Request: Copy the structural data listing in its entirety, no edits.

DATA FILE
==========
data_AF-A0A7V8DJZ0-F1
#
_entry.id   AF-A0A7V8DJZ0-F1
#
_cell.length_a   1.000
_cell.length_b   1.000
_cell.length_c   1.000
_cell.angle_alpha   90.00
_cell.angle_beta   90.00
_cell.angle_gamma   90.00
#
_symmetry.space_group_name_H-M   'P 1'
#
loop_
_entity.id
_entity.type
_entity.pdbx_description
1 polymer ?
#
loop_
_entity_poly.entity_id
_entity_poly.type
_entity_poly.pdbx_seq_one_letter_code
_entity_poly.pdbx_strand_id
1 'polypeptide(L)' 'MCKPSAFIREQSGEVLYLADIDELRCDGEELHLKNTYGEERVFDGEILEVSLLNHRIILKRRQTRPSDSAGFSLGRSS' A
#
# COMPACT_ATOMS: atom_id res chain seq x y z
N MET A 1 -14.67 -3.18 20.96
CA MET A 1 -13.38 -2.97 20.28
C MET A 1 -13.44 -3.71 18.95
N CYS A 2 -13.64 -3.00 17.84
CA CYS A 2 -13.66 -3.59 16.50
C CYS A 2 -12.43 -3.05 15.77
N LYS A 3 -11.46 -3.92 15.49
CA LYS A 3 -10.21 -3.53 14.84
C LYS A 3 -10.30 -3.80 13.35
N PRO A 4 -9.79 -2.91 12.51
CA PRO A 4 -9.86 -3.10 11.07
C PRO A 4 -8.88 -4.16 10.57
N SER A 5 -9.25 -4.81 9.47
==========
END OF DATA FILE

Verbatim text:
data_AF-A0A7V8DJZ0-F1
#
_entry.id   AF-A0A7V8DJZ0-F1
#
_cell.length_a   1.000
_cell.length_b   1.000
_cell.length_c   1.000
_cell.angle_alpha   90.00
_cell.angle_beta   90.00
_cell.angle_gamma   90.00
#
_symmetry.space_group_name_H-M   'P 1'
#
loop_
_entity.id
_entity.type
_entity.pdbx_description
1 polymer ?
#
loop_
_entity_poly.entity_id
_entity_poly.type
_entity_poly.pdbx_seq_one_letter_code
_entity_poly.pdbx_strand_id
1 'polypeptide(L)' 'MCKPSAFIREQSGEVLYLADIDELRCDGEELHLKNTYGEERVFDGEILEVSLLNHRIILKRRQTRPSDSAGFSLGRSS' A
#
# COMPACT_ATOMS: atom_id res chain seq x y z
N MET A 1 -14.67 -3.18 20.96
CA MET A 1 -13.38 -2.97 20.28
C MET A 1 -13.44 -3.71 18.95
N CYS A 2 -13.64 -3.00 17.84
CA CYS A 2 -13.66 -3.59 16.50
C CYS A 2 -12.43 -3.05 15.77
N LYS A 3 -11.46 -3.92 15.49
CA LYS A 3 -10.21 -3.53 14.84
C LYS A 3 -10.30 -3.80 13.35
N PRO A 4 -9.79 -2.91 12.51
CA PRO A 4 -9.86 -3.10 11.07
C PRO A 4 -8.88 -4.16 10.57
N SER A 5 -9.25 -4.81 9.47